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he was betrayed into a fit of passion with one of his servants, for which he did not justify himself, though he believed he had the right on his side; he has registered this circumstance with the remark, that "there is too much self even in our anger, and our zeal against sin. We know not what spirit we are of; there is much fuel within, which would soon break out if left to ourselves. Every one of us carries about with him, as it were, a barrel of gunpowder, and a lighted match to kindle it." His anxiety to rectify disorders in the garrison of Stirling, he was apprehensive would give him the character of being severe : by his journal, it seems that he was on the 13th of October at home writing letters, "but perhaps showing too much teeth in them. I should not be severe to others' faults, as knowing as I have many of my own.” In the following month he was made a justice of the peace, and there is the same seeking for grace to discharge the duties of the appointment. The new year (1721) was commenced by him in a proper manner, for the 6th of January was spent in "writing most part of the day about business, and in recommendations of one who, I believe, is wronged. There is a great pleasure in doing good offices to them that stand in need of us." Here is another instance of the goodness of his heart: "Burying a sergeant in the garrison. I was troubled I did not see him before he died; he

was calling for me. I should embrace every opportunity of doing good to poor souls." Perhaps his mind may be considered too sensitive, for at this period he gave up chess-playing, as a diversion "which trifled away too much time, and made the spirit too keen about frivolities."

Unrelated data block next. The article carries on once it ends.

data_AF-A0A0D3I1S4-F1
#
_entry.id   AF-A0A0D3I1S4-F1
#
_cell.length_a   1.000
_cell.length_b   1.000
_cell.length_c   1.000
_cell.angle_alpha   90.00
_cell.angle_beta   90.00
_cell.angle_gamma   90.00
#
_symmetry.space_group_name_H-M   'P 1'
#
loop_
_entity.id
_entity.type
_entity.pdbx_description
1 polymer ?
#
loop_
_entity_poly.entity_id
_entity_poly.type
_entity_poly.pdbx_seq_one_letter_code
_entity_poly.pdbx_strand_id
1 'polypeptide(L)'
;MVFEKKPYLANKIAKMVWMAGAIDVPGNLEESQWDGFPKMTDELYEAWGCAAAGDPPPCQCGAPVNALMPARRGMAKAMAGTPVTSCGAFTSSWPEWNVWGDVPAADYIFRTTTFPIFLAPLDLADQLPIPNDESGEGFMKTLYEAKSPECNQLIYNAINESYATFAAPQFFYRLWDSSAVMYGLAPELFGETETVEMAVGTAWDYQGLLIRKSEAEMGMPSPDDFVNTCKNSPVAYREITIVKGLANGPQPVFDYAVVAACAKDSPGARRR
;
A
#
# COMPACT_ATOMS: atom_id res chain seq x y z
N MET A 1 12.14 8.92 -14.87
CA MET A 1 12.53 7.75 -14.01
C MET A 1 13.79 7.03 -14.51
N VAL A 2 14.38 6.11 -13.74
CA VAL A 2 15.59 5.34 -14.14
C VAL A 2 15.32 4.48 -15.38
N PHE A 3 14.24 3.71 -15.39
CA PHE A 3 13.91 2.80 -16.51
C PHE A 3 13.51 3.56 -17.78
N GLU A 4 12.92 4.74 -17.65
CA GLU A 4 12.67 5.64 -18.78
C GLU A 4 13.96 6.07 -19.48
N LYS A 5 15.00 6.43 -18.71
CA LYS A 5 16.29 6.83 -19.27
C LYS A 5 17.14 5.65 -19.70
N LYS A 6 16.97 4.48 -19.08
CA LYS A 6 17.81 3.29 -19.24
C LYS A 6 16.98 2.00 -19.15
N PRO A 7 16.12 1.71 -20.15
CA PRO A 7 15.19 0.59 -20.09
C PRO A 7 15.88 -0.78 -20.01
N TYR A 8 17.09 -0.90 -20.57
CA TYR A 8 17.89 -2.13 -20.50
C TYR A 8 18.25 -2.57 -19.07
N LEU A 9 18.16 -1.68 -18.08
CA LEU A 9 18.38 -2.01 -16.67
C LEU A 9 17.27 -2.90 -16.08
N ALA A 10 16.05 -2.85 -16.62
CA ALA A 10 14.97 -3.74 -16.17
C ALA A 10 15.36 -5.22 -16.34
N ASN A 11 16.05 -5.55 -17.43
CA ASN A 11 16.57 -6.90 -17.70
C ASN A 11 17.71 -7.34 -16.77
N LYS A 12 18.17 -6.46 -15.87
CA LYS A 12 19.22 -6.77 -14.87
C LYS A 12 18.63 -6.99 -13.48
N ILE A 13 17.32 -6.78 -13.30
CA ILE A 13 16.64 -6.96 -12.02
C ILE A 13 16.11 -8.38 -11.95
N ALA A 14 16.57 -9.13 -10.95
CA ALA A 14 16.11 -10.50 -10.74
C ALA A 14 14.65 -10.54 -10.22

The uniformity of his mode of living, and the routine of his military avocations, made him discontinue his diary at the end of the year 1728, and he closes the register with some cursory remarks on the review of his career. He did not live many months after; his health, although comparatively vigorous, gave way to repeated attacks of the malady which afflicted another celebrated diarist, namely, Samuel Pepys. To the last his mind retained its firmness, and his piety its usual fervour. He died on Sunday morning, the 31st of August, 1729, within a few days of completing his sixty-fifth year. A plain marble tablet in the West Church of Stirling marks the place of his interment.

The foregoing extracts have been chiefly selected to show the prominent features of the writer's character; those who would obtain a deeper insight therein would do well to peruse the whole of the diary, wherein will be found not a mere boastful catalogue of his own deeds,-for no one could be less susceptible to mere name-glory; his was a nobler object, which was to treasure up the various phases of his mind, in order to judge of his advance in the Christian's path. The soldier's life is supposed by many to be incompatible with religious principle, but the perusal of this work will teach otherwise. Colonel Blackader has said that camps had been sweet places to him; his choicest mercies had been in them. Doubtless there are many similarly situated who can coincide in this opinion, and with him have kept the anniversaries of their several battles, the preservation of their lives being to them so many "Ebenezers" in the hazardous but honourable path of a soldier's career.



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FLUELLEN. "Is it not lawful, an' please your Majesty, to tell
how many is killed ?"
KING HENRY. "Yes, captain; but with this acknowledgment,
that God fought for us."